YANGON (Reuters) - A Myanmar student union said on Monday police were seeking to press charges against nine of its members for organizing a protest against an eight-month-long internet shutdown in the restive west of the country.
Around 100 students gathered in the commercial capital of Yangon on Sunday demanding an end to the internet cut-off in Rakhine and Chin states, where civilian casualties are mounting as government troops battle ethnic rebels.
A case has been filed under section 19 of the Peaceful Assembly Law, which outlaws unauthorized assemblies and carries a maximum three-month prison sentence, the Arakan Student Union said in a statement on Sunday.
“We are students and citizens pointing out the wrongdoings of government,” Kyaw Linn, one of the students who took part, told Reuters by phone. “They violated our citizens’ rights.”
Six of the students had been taken into police custody, he said, adding that the group had not applied for permission because it may have been refused or forced a delay in the march.
An officer from Yangon’s Kamaryut township, where the protest took place, declined to comment when contacted by Reuters. Another hung up the phone. Government spokesman Zaw Htay said he could not answer questions over the phone.
If convicted, the students face a fine or up to three months in jail or both.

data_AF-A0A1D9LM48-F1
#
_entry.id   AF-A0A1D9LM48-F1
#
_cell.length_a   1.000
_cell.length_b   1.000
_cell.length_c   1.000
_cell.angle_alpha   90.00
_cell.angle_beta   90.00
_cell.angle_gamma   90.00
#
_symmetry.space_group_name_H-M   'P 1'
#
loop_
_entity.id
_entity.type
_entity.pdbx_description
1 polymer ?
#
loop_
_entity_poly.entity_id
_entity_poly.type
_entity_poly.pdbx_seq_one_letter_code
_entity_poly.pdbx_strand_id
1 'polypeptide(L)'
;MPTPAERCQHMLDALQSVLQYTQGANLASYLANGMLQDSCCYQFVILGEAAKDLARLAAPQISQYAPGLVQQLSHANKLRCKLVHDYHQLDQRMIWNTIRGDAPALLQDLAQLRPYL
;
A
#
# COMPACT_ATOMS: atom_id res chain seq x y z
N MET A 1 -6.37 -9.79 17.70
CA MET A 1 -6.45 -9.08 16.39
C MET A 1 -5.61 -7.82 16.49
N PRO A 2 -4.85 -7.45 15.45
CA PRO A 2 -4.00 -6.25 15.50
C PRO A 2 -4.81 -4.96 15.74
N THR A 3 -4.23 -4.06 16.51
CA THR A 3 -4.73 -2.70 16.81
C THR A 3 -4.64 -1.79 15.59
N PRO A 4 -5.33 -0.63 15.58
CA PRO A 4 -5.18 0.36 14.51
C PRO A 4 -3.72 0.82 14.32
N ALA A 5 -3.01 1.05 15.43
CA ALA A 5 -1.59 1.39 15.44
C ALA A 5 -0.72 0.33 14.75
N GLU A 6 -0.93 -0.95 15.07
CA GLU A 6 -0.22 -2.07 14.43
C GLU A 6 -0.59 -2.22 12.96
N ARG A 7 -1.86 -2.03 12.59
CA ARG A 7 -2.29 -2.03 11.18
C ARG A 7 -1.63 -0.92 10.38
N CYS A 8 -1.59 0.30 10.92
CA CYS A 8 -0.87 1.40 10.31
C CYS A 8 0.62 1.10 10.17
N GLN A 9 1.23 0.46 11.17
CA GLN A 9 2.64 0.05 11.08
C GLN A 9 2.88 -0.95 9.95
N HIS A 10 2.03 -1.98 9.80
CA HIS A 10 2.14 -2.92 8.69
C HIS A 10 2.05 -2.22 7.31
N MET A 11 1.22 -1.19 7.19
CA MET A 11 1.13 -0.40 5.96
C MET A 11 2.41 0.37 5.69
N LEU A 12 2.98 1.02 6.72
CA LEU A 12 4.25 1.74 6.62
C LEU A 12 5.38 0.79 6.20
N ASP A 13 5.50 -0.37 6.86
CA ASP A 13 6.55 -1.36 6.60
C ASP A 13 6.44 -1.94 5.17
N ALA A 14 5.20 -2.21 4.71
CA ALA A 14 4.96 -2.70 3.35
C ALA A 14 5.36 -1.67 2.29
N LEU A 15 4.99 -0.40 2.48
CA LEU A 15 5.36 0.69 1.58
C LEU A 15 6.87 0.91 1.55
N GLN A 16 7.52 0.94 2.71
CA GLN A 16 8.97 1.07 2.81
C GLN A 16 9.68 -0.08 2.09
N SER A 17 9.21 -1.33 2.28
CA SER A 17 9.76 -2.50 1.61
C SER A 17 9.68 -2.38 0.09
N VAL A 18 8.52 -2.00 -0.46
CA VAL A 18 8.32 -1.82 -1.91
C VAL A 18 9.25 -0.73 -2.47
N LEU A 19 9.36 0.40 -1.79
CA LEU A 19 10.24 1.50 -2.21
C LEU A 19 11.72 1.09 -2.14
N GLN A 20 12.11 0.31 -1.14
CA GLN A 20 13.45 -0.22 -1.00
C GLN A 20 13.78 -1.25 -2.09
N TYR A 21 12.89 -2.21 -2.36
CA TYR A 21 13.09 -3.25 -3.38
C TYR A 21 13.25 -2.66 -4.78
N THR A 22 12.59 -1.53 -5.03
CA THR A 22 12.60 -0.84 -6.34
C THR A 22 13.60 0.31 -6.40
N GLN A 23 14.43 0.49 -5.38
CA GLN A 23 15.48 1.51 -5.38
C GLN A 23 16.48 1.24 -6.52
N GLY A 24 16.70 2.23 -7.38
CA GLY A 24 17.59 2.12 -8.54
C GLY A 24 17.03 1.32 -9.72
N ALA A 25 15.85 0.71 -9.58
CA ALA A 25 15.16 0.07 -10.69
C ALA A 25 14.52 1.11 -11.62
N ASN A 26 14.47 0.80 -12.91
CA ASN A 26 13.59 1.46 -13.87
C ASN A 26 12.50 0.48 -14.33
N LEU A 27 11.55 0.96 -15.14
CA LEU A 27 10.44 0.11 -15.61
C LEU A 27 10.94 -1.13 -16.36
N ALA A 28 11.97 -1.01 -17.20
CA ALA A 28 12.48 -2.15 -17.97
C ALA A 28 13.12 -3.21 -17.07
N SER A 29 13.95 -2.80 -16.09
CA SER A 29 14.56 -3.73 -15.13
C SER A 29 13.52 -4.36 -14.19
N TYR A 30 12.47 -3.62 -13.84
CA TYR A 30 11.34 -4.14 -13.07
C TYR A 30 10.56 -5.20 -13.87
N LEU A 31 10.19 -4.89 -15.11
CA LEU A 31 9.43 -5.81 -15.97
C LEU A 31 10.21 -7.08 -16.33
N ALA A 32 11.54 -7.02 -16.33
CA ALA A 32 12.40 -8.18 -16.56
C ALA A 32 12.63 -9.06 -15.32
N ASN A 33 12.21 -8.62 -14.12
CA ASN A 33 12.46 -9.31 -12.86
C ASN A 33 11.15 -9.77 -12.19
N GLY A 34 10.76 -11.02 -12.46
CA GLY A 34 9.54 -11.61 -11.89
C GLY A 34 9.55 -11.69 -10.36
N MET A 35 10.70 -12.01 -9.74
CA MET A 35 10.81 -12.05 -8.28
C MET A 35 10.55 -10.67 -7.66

Authorities shut down mobile internet access in nine townships in Chin and Rakhine, also known as Arakan, last June citing security reasons. While the block was later lifted in five townships, it was reinstated in early February.
Protests against the shutdown were also held in several townships of Rakhine state on Saturday.
Rakhine state was the site of a military crackdown in 2017 that forced more than 730,000 minority Rohingya Muslims to flee to Bangladesh. The army described the crackdown as a legitimate counter-insurgency operation in response to attacks on security forces by Rohingya militants.
The region has been plunged into further chaos since December 2018 by fighting between the military and insurgents from the Arakan Army, which recruits from the mostly Buddhist ethnic Rakhine majority and is demanding greater autonomy.
Reporting by Yangon bureau; Editing by Alex Richardson and Jon Boyle
Our Standards: The Thomson Reuters Trust Principles.